Should pulse pressure become part of the Framingham risk score?J Hum Hypertens 2004; 18(4):279-86JH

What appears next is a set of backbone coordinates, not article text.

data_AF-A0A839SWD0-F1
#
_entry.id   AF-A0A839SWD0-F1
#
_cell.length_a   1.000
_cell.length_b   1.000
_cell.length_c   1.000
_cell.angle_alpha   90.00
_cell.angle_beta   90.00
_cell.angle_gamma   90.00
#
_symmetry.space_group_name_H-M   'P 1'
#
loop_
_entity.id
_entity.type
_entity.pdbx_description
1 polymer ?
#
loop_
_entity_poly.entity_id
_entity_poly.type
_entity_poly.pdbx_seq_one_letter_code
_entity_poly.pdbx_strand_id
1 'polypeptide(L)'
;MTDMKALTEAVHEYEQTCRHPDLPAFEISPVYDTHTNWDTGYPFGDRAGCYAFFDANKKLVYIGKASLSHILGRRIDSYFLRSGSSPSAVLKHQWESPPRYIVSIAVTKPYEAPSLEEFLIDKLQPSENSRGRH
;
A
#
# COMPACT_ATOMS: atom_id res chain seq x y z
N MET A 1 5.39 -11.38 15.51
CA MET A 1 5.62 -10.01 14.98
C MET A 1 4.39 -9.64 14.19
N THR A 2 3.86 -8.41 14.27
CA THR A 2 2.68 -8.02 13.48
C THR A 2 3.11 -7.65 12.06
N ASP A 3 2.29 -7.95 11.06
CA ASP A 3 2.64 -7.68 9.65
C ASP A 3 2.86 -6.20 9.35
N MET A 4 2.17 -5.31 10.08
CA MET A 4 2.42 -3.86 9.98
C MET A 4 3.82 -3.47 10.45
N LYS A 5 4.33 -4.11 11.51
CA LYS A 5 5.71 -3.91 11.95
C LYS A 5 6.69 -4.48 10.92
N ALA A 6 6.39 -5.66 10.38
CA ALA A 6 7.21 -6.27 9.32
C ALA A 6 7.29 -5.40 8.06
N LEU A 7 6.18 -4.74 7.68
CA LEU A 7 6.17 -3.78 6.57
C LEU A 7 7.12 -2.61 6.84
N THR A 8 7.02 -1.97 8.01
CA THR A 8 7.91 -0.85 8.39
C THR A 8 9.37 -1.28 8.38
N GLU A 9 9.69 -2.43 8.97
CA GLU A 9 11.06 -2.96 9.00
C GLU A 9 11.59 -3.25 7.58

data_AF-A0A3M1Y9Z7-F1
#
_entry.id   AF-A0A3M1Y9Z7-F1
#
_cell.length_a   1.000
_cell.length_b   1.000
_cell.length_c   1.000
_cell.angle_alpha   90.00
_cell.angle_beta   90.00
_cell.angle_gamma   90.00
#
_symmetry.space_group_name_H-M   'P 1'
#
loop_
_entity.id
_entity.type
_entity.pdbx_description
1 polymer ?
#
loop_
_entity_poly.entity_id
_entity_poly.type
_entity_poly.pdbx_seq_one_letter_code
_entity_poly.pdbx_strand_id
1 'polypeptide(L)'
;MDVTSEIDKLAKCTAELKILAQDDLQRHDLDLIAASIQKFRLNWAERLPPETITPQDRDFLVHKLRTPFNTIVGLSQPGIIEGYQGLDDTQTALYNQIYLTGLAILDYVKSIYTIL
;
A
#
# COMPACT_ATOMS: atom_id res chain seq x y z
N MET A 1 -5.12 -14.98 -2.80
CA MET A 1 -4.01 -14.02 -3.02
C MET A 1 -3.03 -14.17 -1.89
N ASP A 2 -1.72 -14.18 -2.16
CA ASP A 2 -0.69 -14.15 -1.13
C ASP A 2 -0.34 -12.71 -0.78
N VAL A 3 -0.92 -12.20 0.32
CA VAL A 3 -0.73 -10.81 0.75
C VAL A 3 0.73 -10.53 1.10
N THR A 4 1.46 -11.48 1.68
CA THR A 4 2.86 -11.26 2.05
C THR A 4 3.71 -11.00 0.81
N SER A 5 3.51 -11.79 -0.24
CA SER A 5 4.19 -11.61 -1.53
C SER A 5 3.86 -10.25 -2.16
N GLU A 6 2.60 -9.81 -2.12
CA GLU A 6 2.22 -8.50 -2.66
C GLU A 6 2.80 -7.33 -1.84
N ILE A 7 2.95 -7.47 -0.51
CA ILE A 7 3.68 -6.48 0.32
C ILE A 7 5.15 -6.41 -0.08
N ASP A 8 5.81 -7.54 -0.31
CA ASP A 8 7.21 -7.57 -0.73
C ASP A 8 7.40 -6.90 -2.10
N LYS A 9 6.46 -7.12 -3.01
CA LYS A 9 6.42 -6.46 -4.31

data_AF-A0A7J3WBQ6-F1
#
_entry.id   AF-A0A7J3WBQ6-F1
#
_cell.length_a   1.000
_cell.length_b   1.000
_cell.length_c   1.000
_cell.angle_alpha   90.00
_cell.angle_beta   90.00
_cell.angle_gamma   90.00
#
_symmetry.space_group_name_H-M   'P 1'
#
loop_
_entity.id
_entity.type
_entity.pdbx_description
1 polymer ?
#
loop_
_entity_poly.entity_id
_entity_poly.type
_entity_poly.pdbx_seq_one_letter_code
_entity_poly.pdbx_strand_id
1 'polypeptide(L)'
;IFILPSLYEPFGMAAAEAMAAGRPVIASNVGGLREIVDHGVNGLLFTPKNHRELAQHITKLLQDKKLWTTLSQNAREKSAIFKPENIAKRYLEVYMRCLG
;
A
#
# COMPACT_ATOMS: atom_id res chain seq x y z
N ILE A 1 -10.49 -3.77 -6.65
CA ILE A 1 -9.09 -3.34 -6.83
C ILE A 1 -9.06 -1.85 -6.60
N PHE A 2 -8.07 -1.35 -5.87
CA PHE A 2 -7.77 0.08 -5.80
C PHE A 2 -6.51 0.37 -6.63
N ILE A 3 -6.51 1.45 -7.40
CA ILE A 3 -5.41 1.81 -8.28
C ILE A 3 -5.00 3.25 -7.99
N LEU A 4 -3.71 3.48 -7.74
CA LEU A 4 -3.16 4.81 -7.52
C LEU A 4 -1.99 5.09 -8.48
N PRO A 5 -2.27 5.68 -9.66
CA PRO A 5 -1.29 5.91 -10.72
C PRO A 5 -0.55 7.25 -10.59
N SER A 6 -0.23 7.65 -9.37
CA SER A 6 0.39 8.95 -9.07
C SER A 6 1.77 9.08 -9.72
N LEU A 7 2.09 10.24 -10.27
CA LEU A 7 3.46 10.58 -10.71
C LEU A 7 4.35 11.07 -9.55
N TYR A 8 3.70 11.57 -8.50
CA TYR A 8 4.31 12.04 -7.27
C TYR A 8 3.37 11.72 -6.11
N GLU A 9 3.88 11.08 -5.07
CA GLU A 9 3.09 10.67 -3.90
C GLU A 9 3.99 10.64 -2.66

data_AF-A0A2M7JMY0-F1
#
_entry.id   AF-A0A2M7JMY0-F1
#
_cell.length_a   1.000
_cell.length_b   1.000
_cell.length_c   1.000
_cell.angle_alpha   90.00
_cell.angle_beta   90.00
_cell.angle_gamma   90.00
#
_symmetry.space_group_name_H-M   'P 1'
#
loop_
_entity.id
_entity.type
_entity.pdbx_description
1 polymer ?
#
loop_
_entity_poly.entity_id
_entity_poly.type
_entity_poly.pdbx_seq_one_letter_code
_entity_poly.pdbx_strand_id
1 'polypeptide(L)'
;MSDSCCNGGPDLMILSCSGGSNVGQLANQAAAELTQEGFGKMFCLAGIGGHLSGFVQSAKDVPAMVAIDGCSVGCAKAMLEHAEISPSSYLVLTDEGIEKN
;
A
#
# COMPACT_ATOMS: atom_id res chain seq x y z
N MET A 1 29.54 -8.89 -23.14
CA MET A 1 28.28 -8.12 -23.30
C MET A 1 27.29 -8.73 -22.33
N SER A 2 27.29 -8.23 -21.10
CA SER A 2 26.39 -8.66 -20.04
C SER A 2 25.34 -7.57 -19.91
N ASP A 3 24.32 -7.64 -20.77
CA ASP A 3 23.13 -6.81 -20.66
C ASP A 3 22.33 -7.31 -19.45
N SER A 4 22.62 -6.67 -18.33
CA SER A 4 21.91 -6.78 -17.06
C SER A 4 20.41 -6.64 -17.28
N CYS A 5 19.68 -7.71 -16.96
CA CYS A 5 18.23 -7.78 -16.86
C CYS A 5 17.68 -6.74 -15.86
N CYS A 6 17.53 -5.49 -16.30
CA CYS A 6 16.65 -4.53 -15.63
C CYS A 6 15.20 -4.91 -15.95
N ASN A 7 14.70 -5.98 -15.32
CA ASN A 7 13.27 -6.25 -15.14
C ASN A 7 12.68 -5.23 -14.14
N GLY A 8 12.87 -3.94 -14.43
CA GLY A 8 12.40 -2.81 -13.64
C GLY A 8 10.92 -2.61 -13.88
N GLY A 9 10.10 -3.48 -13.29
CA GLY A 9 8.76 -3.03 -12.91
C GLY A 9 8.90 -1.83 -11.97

An increased pulse pressure suggests aortic stiffening. New evidence also suggests that pulse pressure is a more sensitive measure of risk than other indexes of blood pressure in middle-aged and older persons. The objective of the study was to relate pulse pressure to the risk of cardiovascular events in the general population, and to assess whether pulse pressure could improve the Framingham risk prediction. A total of 378 men and 391 women over the age of 50 years (mean 62.7 years) were followed. Sex-specific Framingham cardiovascular risk scores were derived from age, systolic pressure, diastolic pressure, total and HDL cholesterol, smoking status and the presence or absence of diabetes mellitus. The cutoff points used to develop a pulse pressure score were calculated by determining the percentile points corresponding to the blood pressure categories in the Framingham risk score. We calculated relative hazard rates by multiple Cox regression. After a median follow-up of 7.2 years (range: 11 months-15 years), a total of 148 cardiovascular events occurred. In Cox regression analysis, a 10 mmHg higher pulse pressure was associated with 31% (P<0.0001) increase in the risk for cardiovascular events (fatal and nonfatal) after adjustment for sex, age, total and HDL cholesterol, smoking and the presence of diabetes mellitus. After adjustment for the aforementioned risk factors, a one-point increment in the blood pressure and pulse pressure scores was associated with a 40 and 48% (both P<0.0001) increase in the risk of fatal and nonfatal cardiovascular events, respectively. When both the blood pressure and pulse pressure scores were forced into a Cox model, only the pulse pressure score remained statistically significant (P<0.0001) with a relative hazard rate of 1.37 (CI: 1.16-1.69). These prospective data suggest that pulse pressure may improve the Framingham risk prediction among middle-aged and older individuals. Further studies, especially in the Framingham cohort, are warranted.